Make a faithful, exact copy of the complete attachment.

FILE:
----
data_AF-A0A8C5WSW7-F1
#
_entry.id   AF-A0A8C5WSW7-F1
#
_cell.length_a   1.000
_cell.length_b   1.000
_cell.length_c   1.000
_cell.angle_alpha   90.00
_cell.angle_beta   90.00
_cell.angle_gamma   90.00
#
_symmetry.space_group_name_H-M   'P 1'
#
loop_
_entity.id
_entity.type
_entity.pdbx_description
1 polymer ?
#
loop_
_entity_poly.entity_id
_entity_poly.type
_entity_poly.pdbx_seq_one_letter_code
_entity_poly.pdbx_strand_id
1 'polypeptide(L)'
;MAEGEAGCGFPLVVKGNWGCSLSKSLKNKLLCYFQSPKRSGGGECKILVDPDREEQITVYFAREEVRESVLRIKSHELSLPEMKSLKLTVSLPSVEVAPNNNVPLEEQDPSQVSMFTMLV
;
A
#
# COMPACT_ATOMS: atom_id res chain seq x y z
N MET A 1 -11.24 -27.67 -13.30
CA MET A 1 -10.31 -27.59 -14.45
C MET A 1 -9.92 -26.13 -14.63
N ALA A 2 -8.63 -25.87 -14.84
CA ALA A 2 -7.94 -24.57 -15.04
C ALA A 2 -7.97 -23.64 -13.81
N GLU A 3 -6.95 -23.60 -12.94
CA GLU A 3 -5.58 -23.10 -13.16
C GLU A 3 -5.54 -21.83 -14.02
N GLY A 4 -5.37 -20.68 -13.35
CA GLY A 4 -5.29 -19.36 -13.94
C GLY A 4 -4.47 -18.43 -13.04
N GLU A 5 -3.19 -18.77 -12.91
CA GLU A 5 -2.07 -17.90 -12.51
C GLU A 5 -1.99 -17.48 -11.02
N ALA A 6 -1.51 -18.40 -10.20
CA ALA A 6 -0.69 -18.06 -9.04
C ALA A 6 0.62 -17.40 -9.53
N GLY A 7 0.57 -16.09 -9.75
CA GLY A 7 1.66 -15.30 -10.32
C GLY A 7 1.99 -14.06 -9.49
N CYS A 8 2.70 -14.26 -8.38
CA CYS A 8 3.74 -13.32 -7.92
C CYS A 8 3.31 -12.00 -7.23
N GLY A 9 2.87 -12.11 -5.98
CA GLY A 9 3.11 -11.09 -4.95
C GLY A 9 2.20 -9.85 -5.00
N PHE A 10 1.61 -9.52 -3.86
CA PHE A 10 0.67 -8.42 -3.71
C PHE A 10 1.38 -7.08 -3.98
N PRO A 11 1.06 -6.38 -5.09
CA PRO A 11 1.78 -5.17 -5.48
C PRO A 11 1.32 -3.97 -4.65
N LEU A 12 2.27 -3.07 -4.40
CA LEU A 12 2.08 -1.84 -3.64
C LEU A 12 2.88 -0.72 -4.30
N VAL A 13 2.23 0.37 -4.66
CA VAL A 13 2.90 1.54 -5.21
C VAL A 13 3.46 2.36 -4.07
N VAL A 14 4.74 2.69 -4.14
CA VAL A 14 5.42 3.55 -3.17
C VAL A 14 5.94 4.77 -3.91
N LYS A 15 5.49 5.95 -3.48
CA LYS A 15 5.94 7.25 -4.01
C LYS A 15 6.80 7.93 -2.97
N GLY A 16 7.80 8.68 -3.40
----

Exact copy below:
data_AF-A0A8C5WSW7-F1
#
_entry.id   AF-A0A8C5WSW7-F1
#
_cell.length_a   1.000
_cell.length_b   1.000
_cell.length_c   1.000
_cell.angle_alpha   90.00
_cell.angle_beta   90.00
_cell.angle_gamma   90.00
#
_symmetry.space_group_name_H-M   'P 1'
#
loop_
_entity.id
_entity.type
_entity.pdbx_description
1 polymer ?
#
loop_
_entity_poly.entity_id
_entity_poly.type
_entity_poly.pdbx_seq_one_letter_code
_entity_poly.pdbx_strand_id
1 'polypeptide(L)'
;MAEGEAGCGFPLVVKGNWGCSLSKSLKNKLLCYFQSPKRSGGGECKILVDPDREEQITVYFAREEVRESVLRIKSHELSLPEMKSLKLTVSLPSVEVAPNNNVPLEEQDPSQVSMFTMLV
;
A
#
# COMPACT_ATOMS: atom_id res chain seq x y z
N MET A 1 -11.24 -27.67 -13.30
CA MET A 1 -10.31 -27.59 -14.45
C MET A 1 -9.92 -26.13 -14.63
N ALA A 2 -8.63 -25.87 -14.84
CA ALA A 2 -7.94 -24.57 -15.04
C ALA A 2 -7.97 -23.64 -13.81
N GLU A 3 -6.95 -23.60 -12.94
CA GLU A 3 -5.58 -23.10 -13.16
C GLU A 3 -5.54 -21.83 -14.02
N GLY A 4 -5.37 -20.68 -13.35
CA GLY A 4 -5.29 -19.36 -13.94
C GLY A 4 -4.47 -18.43 -13.04
N GLU A 5 -3.19 -18.77 -12.91
CA GLU A 5 -2.07 -17.90 -12.51
C GLU A 5 -1.99 -17.48 -11.02
N ALA A 6 -1.51 -18.40 -10.20
CA ALA A 6 -0.69 -18.06 -9.04
C ALA A 6 0.62 -17.40 -9.53
N GLY A 7 0.57 -16.09 -9.75
CA GLY A 7 1.66 -15.30 -10.32
C GLY A 7 1.99 -14.06 -9.49
N CYS A 8 2.70 -14.26 -8.38
CA CYS A 8 3.74 -13.32 -7.92
C CYS A 8 3.31 -12.00 -7.23
N GLY A 9 2.87 -12.11 -5.98
CA GLY A 9 3.11 -11.09 -4.95
C GLY A 9 2.20 -9.85 -5.00
N PHE A 10 1.61 -9.52 -3.86
CA PHE A 10 0.67 -8.42 -3.71
C PHE A 10 1.38 -7.08 -3.98
N PRO A 11 1.06 -6.38 -5.09
CA PRO A 11 1.78 -5.17 -5.48
C PRO A 11 1.32 -3.97 -4.65
N LEU A 12 2.27 -3.07 -4.40
CA LEU A 12 2.08 -1.84 -3.64
C LEU A 12 2.88 -0.72 -4.30
N VAL A 13 2.23 0.37 -4.66
CA VAL A 13 2.90 1.54 -5.21
C VAL A 13 3.46 2.36 -4.07
N VAL A 14 4.74 2.69 -4.14
CA VAL A 14 5.42 3.55 -3.17
C VAL A 14 5.94 4.77 -3.91
N LYS A 15 5.49 5.95 -3.48
CA LYS A 15 5.94 7.25 -4.01
C LYS A 15 6.80 7.93 -2.97
N GLY A 16 7.80 8.68 -3.40